“I really don’t know if I can continue like this. I thought being here might change things, but it seems to be getting worse.”
“We have to leave her, I think. And wait… she will come out of it.”
“Do you think so? I’m not so sure. The fatigue and depression I can deal with. But this is different. I’m almost frightened. Scared about how she might interpret anything. Worried about what she might do. It’s practically a relief she spends all day in our room. But it can’t stay like this.”
Marie let her hand rest on his arm. “Let’s try to give it a little time. See how things go. Before we get help.”
He looked at her hand, resting on his arm. He knew he had his sister-in-law’s support. He always had. She and John, they were always there. He nodded.
“Maman, do you need any help?” Milo asked as he entered the kitchen.
She turned, removing her hand, and smiled. “No thank you, Milo. Your uncle and I have everything sorted.
He’d seen his mother’s hand resting on his uncle’s arm, and the idea that Corinth had planted in his head earlier re-emerged.
“I’ll be in the garden reading. Come and get me when it’s time to go.”
“Of course, Milo.” She watched him disappear.
Milo was concerned but also relieved to escape the situation. He wasn’t certain about what he had witnessed, but it did look like Corinth was right. He didn’t know what to do, so he tried to put it to one side.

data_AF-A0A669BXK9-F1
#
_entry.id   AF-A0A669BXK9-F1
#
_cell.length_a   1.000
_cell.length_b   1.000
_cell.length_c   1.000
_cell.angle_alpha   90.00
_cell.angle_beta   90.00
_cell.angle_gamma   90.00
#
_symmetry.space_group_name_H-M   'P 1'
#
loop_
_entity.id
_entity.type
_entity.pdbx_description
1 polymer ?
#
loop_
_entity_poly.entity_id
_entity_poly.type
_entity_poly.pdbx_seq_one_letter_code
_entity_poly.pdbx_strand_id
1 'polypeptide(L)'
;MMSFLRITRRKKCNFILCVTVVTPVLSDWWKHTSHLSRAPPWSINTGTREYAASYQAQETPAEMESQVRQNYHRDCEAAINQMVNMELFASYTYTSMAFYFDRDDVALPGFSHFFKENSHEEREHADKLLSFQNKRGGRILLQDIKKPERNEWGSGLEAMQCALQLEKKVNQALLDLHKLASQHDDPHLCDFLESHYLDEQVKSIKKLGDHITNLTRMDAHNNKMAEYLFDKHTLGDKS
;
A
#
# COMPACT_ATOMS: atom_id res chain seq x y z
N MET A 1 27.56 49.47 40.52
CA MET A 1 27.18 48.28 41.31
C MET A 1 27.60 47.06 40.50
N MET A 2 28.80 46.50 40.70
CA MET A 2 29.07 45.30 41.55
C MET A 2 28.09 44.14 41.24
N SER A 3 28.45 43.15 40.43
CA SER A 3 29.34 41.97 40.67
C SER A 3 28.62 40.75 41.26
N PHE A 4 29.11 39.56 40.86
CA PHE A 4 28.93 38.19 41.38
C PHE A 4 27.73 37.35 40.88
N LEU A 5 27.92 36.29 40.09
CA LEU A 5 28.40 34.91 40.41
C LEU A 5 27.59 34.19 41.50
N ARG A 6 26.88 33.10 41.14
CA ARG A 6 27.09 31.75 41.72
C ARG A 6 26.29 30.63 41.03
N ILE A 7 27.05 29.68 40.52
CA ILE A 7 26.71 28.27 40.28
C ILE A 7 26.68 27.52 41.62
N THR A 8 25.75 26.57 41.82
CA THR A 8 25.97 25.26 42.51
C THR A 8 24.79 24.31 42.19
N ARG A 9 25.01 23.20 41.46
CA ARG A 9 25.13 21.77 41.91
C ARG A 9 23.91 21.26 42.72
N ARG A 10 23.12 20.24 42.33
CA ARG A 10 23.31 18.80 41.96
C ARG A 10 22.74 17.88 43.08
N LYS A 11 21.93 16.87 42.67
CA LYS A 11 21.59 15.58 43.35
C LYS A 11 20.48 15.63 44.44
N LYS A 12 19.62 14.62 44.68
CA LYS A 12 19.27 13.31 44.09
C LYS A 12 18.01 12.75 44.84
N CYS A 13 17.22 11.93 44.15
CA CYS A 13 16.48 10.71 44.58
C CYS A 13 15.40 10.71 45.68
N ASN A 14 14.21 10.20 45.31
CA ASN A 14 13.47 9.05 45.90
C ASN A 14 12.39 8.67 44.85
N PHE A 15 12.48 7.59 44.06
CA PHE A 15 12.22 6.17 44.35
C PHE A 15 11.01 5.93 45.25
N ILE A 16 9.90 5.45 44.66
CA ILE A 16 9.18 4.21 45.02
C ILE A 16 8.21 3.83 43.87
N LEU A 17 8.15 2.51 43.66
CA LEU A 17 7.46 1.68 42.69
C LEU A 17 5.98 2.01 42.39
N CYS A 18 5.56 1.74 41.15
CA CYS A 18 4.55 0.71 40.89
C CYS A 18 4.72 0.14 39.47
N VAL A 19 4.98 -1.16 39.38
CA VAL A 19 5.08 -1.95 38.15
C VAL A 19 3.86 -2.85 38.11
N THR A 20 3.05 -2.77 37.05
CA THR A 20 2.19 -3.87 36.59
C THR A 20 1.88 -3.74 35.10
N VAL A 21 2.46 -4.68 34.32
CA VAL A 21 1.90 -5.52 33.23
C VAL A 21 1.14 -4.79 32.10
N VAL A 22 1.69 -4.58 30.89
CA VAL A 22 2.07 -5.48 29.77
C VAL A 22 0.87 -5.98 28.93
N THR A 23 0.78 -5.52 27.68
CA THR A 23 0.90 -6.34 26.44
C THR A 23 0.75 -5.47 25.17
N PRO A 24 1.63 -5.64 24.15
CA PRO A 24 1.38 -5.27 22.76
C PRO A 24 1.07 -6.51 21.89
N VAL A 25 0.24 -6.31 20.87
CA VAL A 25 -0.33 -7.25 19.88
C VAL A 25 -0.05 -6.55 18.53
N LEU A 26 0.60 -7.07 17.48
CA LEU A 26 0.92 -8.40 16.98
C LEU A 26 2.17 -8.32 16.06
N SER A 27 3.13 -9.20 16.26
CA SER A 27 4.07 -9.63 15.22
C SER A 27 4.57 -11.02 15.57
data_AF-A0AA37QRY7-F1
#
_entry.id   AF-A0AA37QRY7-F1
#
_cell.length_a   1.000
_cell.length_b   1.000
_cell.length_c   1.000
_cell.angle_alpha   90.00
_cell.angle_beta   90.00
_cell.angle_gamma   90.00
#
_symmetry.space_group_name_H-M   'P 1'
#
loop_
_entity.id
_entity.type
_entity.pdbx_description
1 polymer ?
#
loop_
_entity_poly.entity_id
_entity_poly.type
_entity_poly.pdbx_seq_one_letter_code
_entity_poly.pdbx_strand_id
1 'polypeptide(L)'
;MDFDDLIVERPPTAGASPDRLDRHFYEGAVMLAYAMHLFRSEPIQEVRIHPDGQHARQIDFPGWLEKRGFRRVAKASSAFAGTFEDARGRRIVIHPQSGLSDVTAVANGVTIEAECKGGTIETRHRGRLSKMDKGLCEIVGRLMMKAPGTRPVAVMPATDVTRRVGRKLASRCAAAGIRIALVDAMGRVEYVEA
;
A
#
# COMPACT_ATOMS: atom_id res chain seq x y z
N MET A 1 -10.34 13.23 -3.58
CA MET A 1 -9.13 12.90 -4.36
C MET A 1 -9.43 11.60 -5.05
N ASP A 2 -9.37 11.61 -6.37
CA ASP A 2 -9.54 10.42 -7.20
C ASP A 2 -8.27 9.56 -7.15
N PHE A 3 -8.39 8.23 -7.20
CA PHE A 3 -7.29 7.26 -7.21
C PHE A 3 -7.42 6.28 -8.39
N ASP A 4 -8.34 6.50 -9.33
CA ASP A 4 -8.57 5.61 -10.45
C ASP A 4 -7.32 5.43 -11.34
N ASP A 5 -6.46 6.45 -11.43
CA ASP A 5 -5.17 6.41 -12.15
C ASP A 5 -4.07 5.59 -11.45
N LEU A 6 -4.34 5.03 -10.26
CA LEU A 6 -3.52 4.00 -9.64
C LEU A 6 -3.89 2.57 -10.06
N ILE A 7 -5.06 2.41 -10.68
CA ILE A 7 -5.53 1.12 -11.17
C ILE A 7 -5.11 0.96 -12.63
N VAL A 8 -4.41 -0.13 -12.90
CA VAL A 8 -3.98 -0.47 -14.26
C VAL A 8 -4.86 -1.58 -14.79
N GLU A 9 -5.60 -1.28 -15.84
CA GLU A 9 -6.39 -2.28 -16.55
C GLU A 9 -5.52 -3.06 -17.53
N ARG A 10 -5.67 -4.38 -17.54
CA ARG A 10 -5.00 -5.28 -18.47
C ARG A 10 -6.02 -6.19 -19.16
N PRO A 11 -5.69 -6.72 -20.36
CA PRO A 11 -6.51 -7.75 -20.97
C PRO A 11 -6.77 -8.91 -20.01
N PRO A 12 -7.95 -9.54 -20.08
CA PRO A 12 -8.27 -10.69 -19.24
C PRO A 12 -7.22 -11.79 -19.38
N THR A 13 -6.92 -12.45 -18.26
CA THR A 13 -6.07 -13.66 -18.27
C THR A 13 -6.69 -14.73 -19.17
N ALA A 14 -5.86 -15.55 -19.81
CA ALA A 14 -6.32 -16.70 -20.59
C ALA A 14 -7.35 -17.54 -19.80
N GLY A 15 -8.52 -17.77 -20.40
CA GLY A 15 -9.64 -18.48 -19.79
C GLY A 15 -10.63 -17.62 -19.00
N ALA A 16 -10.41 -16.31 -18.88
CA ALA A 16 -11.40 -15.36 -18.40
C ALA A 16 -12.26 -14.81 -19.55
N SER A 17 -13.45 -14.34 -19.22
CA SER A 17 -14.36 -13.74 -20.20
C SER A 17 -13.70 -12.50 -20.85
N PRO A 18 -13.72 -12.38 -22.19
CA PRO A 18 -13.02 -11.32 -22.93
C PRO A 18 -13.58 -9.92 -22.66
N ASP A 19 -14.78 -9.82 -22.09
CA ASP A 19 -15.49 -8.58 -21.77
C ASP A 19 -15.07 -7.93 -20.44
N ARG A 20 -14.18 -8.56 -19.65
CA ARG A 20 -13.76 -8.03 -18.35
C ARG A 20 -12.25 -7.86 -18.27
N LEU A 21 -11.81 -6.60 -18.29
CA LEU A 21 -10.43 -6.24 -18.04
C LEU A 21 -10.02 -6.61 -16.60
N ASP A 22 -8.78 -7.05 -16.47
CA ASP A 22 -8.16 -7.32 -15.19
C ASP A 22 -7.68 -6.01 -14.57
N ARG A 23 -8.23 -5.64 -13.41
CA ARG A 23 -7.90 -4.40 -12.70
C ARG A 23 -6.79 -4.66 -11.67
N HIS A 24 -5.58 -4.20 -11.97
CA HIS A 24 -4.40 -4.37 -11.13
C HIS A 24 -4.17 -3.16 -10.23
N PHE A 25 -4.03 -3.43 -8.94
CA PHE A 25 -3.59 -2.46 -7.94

Morris smiled weakly at Marie. “It affects us all. I worry about the children, if I should say something.”
“For now, Morris, I don’t think so. Let’s see if we can’t enjoy this summer.”
He was not entirely convinced, but her support was invaluable, and he was willing to go along with her, to try a little longer. It was true that at least he was not entirely dealing with this on his own. Not so long as they were all here, together, on holiday.
“I’ll go check on her.” He turned and left.
Milo’s mother continued preparing their picnic, her thoughts, however, were focused on her sister.
* * * * *
Milo was lying in his refuge, allowing the hammock to swing gently from side to side. The book in his hands: “His hands released her as he uttered this cry, and went up to his white hair, which they tore in a frenzy. It died out, as everything but his shoemaking did die out of him, and he refolded his little packet and tried to secure it in his breast; but, he still looked at her, and gloomily shook his head.”
He’d read the same passage twice, he couldn’t concentrate on the book. His thoughts kept returning to the kitchen. To Uncle Morris and his mother.